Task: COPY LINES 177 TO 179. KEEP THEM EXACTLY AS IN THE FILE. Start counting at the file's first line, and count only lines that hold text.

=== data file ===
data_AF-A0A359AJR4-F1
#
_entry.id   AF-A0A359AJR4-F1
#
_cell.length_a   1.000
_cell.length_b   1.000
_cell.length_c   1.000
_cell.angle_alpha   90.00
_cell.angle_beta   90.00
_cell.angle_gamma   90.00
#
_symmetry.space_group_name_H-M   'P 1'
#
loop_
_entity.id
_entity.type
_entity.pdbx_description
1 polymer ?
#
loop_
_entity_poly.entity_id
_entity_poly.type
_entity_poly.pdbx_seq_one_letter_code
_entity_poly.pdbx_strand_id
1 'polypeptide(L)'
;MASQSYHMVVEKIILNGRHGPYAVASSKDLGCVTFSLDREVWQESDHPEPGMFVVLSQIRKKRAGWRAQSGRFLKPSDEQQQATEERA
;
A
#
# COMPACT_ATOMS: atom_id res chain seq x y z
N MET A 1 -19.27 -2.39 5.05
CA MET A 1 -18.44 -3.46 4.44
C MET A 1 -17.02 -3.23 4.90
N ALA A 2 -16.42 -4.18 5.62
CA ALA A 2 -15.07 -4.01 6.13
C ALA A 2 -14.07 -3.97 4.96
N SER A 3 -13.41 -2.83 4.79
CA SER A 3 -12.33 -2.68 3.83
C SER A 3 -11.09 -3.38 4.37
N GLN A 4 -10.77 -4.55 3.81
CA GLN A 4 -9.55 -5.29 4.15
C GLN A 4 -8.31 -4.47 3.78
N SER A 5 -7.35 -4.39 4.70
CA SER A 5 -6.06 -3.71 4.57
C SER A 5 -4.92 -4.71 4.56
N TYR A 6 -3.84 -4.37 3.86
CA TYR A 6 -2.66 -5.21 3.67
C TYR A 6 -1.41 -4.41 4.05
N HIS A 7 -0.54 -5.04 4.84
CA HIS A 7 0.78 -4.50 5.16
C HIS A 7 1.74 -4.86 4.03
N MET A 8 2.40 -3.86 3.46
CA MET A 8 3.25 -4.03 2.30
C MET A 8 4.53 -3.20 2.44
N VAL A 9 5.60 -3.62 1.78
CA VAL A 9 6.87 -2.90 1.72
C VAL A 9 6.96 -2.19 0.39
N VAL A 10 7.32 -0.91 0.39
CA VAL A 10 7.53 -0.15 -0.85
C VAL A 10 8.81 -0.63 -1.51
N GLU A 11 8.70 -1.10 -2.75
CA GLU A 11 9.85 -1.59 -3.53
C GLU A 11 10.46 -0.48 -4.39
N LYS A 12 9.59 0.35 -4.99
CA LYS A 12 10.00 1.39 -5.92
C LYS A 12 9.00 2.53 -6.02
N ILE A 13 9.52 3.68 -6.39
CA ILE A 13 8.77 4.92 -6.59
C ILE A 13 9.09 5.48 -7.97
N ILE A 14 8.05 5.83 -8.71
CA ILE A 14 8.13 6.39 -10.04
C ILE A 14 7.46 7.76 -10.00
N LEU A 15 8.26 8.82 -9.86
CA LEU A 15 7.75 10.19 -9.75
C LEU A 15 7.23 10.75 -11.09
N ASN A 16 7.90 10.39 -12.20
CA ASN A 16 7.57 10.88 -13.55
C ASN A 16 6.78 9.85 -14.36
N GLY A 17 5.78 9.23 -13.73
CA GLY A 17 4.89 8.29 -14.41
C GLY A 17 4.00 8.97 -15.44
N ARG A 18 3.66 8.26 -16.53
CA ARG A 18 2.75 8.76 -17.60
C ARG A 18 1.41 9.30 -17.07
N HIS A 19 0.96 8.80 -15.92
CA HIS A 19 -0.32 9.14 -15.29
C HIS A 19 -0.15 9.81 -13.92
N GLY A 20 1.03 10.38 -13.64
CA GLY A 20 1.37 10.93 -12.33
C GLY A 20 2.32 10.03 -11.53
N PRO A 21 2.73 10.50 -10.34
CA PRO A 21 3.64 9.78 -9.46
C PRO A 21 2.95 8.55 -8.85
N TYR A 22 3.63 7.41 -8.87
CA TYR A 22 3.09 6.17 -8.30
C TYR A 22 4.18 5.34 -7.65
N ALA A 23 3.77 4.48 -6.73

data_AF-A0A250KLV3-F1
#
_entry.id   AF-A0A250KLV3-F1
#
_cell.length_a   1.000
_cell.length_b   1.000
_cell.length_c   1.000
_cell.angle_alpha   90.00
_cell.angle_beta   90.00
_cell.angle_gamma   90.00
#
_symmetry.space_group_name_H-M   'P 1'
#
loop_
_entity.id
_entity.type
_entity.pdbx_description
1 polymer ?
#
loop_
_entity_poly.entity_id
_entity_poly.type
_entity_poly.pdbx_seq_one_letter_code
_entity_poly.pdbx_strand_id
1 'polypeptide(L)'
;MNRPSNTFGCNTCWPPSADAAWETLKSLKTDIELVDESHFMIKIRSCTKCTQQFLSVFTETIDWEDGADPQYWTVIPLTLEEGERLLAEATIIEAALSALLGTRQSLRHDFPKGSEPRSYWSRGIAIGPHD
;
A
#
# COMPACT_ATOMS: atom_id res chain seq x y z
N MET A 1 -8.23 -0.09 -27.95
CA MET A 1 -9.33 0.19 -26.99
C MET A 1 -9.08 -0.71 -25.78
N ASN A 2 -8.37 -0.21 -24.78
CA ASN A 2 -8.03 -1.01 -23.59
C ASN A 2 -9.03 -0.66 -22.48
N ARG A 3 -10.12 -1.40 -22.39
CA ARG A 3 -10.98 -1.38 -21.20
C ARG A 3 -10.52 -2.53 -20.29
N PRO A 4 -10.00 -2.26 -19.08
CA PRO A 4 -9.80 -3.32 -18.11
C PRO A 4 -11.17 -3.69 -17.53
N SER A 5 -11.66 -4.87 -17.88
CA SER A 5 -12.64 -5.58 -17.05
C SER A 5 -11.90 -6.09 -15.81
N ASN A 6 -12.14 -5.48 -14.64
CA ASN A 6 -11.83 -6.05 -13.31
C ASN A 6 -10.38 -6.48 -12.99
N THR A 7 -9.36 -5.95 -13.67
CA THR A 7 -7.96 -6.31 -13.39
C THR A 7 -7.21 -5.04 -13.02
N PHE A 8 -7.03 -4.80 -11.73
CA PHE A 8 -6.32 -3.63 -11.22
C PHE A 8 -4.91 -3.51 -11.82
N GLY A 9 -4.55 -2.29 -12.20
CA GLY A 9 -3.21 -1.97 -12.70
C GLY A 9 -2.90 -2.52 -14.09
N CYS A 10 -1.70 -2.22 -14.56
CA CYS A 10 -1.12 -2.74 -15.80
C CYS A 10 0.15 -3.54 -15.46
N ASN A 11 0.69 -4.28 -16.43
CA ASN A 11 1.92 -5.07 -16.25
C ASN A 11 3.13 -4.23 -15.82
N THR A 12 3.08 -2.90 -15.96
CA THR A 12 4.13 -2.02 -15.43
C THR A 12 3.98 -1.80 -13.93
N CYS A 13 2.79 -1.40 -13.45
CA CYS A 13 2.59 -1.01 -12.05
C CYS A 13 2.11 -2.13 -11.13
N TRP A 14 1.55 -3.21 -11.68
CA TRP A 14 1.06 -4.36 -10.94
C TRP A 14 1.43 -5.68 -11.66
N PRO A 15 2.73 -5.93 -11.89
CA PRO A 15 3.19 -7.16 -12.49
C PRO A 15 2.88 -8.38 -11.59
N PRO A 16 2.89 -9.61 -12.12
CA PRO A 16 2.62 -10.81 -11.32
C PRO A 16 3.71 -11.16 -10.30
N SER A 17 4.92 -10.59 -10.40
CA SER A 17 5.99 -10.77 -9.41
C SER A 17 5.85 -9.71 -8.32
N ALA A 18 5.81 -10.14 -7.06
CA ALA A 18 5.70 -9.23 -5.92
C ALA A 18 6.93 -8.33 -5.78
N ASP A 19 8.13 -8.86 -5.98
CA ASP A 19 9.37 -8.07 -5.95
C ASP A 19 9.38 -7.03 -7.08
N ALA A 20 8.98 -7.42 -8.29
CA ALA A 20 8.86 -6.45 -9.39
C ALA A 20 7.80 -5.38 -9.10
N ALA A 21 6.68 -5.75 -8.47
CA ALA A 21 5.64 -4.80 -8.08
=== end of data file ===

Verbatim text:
CA SER A 17 5.99 -10.77 -9.41
C SER A 17 5.85 -9.71 -8.32
N ALA A 18 5.81 -10.14 -7.06